“VR is a tool that helps to extend what we already do effectively, which is exposure therapy for PTSD and anxiety disorders. It helps to resolve some of the barriers we can sometimes encounter, like if a person is unable to connect fully with their traumatic memory, we can use VR to help strengthen that connection,” said Dr. Liza Zwiebach, a clinical psychologist with Emory Healthcare Veterans Program.

Dr. Rothbaum first used Virtual Reality Exposure therapy to help people overcome their fear of heights, then in helping her patients gain control over their fear of flying in airplanes. This innovative process proved just as effective as the standard practice of using an actual airport and airplane in treatment. In follow-ups months after therapy ended, 93 percent of treated patients reported flying in real airplanes. She then used Virtual Reality Exposure therapy to treat Vietnam veterans suffering from PTSD and developed the program Braveheart, which later became the Emory Healthcare Veterans Program.

“We wanted to see if the Virtual Reality Exposure therapy would have anything to offer them—as another treatment alternative. And it did. They got better,” said Dr. Rothbaum. “They’ve reported that it didn’t bother them anymore, these experiences that have been haunting them for decades.”

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Emory Healthcare Veterans Program Clinical Director Dr. Rauch Talks About Veterans Reintegration and Mental Health

Veteran hugs childMost servicemembers will have some type of adjustment period after returning home from deployment. For each person the process is different depending on different variables during and after deployment. Mental health issues, traumatic brain injury and military sexual trauma can make that even more difficult. The Emory Veterans Program is here to help them reclaim their lives.

Question:
How long does it usually take to adjust to normal life again? How long should I wait to see someone if I’m still not feeling like my normal self?

Dr. Rauch:
That is a good question. If at any time you’re having issues that you feel that you need or want help with, you should come see us. Readjustment often takes a year, and for some people longer, to feel like they’re really back in their life. The readjustment process is different for every individual and often depends on life’s variables, such as your job, social support and your family. It’s never too early to come talk with someone familiar with military service and deployment about your experience. Reintegration can be a difficult process. Mental health issues, traumatic brain injury and military sexual trauma can make that even harder. The Emory Veterans Program is here to help you reclaim your life.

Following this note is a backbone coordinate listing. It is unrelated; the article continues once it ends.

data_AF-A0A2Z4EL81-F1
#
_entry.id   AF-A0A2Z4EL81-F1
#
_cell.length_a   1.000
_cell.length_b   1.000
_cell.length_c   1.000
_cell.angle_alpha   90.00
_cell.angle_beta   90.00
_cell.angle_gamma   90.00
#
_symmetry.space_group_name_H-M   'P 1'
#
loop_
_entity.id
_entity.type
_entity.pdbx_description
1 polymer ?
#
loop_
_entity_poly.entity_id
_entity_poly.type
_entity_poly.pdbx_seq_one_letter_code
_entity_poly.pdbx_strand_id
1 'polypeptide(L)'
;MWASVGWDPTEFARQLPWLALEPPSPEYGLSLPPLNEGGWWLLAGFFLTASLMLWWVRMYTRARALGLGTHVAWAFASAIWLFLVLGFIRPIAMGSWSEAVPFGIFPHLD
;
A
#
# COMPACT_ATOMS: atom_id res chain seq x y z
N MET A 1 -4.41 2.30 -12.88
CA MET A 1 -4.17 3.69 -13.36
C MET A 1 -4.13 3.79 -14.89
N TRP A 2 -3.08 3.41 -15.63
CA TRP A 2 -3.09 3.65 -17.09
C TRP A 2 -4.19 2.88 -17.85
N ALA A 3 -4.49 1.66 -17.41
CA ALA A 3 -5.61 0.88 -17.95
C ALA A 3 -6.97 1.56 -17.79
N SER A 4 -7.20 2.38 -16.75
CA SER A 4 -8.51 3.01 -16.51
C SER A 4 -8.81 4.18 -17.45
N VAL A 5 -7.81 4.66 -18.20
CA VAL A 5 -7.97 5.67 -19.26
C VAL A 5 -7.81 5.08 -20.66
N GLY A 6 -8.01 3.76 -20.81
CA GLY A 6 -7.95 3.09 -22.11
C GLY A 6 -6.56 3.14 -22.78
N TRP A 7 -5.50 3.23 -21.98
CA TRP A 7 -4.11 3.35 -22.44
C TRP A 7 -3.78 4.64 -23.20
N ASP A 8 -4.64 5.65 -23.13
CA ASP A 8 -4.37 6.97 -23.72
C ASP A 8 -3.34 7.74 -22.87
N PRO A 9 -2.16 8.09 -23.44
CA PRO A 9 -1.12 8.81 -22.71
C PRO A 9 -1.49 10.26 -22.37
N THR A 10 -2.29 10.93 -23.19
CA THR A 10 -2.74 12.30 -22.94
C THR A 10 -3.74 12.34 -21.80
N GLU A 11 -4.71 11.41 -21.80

Question:
My brother has seemed moody and depressed since he got back. Is there a good way for me to help him or encourage him to talk to someone about how he’s feeling?

Dr. Rauch:
It is common for returning veterans to have problems talking with people who have not deployed. While most veterans returning don’t have mental health issues, a significant minority may have problems with depression, posttraumatic stress or traumatic brain injury. Letting your brother know that you’re willing to listen or help is probably the best thing you can do. Sometimes it just takes patience to allow someone to open up.

Learn more about the Integrated Memory Care Clinic

Or call for more information 1-888-514-5345

The Impact of Brain Injury on Veterans

father hugs soldier sonNearly 20% of deployed military personnel experience traumatic brain injury (TBI). TBIs are any brain injury caused by an outside force. These injuries can be “closed,” such as from a fall or motor vehicle accident or “open,” like from a gunshot wound.

Traumatic brain injuries range broadly from mild to severe. People with mild TBI (also called concussion) often fully recover within days to weeks, while those with severe TBI may have significant and sometimes permanent impairments. Fortunately, 70 – 90% of all TBIs in military personnel fall within the “mild” range.

Symptoms of Mild TBI

Traumatic brain injury can cause physical, cognitive and emotional difficulties.

Typical symptoms of mild TBI/concussion include:

  • Looking and feeling dazed
  • Being uncertain of what is happening; feeling confused
  • Having difficulty thinking clearly or responding correctly to simple questions
  • Being unable to describe events immediately before or after the injury occurred

Complications of Mild TBI